Thursday, December 6, 2012

Little Red Riding Hood and the Philosopher's Stone?

Remember this post about the significance of the colors in the art of Little Red Riding Hood?  I think this excellent article by John Patrick Pazdziora could shed more light on why colors in LRRH, and all fairy tales, create such powerful imagery.*

John Hoffman

Given the hypothesis that Snow White is an alchemist's tale**, what happens if we apply the same theory of colors and transformation to Little Red Riding Hood?

Thoughts, readers?  The stage is yours.

*  Also see this article dealing with a similar subject as applied to Disney's Tangled.

**  And therefore opening it up, I believe, rather than limiting it, to all sorts of significant interpretation.  There's the beginning of a thought here on the transformative power of stories that is shiver-good.  Mr. Pazdiora's concluding line that fairy tales are not meant to be questioned because they question us strikes very near my own sentiments.



  1. I love your winter backdrop! It's beautiful.

    I'm no expert, but in conventional versions of the tale, isn't Red Riding Hood eaten by the wolf and then cut out of it by a lumberjack? Death and rebirth are an important part of the alchemical cycle, so it wouldn't surprise me at all to think that the tale bears that influence.

    1. Thank you!

      And great point. That hadn't even occurred to me. Maybe she had to earn that red hood by walking through the white woods and "dying" in the stomach of the black wolf.

  2. I agree. I like the imagery of death and rebirth you both mentioned. And 'dying' in the stomach of the wolf is a great thought. As far alchemy goes, I think there is a lot going on in this tale. John mentions the marriage of oppositions in alchemy. In the Little Red Riding Hood tale, there are a couple of contraries that fuse together:
    male and female (the wolf and Red)
    young and old (grandmother and young Red)
    death and life (what Jenna has already mentioned- death and rebirth)

    The wolf definitely is part of the Nigredo stage. The first words Red Cap says after she is freed (or re-born) is "how frightened I have been! How dark it was inside the wolf!"
    I don't know quite what to do with the Albedo stage.

    Alchemy is also about the soul rising to meet the spirit and the spirit descending to meet the soul. At the end, the wolf is a symbol of a soul which will never ascend to meet its spirit . His body is laden with heavy stones and he cannot physically or spiritually rise.
    I'm still trying to wrap my head around everything that literary alchemy is, so hopefully this makes sense. Thank you for sparking my thoughts!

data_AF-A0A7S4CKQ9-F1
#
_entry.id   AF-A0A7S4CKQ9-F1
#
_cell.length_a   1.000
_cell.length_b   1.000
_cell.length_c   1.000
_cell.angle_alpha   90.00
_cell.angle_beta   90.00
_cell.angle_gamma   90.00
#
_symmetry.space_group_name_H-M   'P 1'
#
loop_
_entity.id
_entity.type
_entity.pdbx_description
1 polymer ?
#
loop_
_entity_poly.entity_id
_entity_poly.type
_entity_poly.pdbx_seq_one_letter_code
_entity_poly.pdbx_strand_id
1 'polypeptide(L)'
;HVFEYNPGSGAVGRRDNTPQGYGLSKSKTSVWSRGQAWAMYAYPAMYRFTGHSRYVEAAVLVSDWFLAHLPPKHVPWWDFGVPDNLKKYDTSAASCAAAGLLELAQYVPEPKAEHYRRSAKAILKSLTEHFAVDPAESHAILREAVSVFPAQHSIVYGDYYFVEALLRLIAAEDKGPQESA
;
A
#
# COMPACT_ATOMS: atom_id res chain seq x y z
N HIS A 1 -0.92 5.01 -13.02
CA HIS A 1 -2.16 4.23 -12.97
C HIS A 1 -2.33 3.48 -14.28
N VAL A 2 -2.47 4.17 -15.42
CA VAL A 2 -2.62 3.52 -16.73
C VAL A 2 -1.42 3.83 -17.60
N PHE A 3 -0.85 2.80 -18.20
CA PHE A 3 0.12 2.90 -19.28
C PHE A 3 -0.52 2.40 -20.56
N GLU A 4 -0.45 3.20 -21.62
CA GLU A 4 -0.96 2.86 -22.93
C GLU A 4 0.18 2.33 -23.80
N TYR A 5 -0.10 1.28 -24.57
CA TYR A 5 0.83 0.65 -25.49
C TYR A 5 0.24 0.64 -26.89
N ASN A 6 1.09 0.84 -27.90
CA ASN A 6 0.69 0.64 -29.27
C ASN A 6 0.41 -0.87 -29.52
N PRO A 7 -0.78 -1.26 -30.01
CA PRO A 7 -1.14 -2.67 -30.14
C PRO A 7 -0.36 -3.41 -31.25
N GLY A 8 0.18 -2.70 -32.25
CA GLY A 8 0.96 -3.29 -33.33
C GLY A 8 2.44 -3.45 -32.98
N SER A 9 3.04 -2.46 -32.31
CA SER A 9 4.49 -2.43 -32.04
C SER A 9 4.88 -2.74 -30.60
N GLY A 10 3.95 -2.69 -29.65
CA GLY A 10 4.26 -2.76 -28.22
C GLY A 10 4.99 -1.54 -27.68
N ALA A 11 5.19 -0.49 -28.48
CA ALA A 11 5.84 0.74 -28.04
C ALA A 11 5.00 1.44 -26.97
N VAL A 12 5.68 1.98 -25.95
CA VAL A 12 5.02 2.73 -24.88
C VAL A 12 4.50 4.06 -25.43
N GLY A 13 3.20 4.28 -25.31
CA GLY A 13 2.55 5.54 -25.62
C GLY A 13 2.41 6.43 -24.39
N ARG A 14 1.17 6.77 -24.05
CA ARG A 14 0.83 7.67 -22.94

1. Absolutely, and thank you for your comments! If you come across any good reading or further thoughts on literary alchemy, please share!

      Remind me, which is the Albedo stage?

  3. Hmm..I think alchemy is really popular right now, but I don't know that I'm convinced it's a part of Little Red Riding Hood, or any fairy tale. Red, white, and black are such basic colors, they don't need alchemy to explain their prominence in any tale. Alchemy aside, they're all basic power colors, you can do anything magically with them, their all proctective in some way and they all easy passage between worlds in some way - not because of any achemical status, but simply because of what they do.. I feel like adding alchemy adds too much confusion to something simple. But those are just my thoughts, and I'm a little biased against alchemy - it's just too much work ;)

    1. I think I understand where you're coming from. Colors have a power all their own, there's no need to attach them to a specific philosophy.

      I haven't studied literary alchemy or Jungian alchemy, though I have a basic understanding of alchemy's history, and I take it as follows:

      alchemy is just another (though powerful) human expression of our noticings of the world around us. The life-death-rebirth obsession of alchemy is by no means exclusive to it. (Like Chesterton's saying that just because there is a dying god from one culture, doesn't mean that the other culture stole the dying god idea--it's naturally occurring anywhere there is human imagination).

      So, in my view, if alchemy has anything to say about fairy tales, it is inasmuch as those primary aspects of it have to do with them--transformation, overcoming death, and the key to life and creation. xo

  4. I think the alchemic reading can be translated into more modern views about story structure (take the basic 'beginning, middle, end' idea as a starting point!) however I think the alchemic attachment is more interesting as these ideas would have been around at the time of writing (I think..?) Also, the colour association that goes with it adds an extra layer of meaning, and I think the article on Snow White is fascinating - I'm going to be looking for those colours in everything now! (Doesn't the little mermaid appear on land from white sea foam, and at the end have her feet shredded into bloody tatters? Oh no, I'll be doing this for hours...)


Don't be shy. Leave a comment!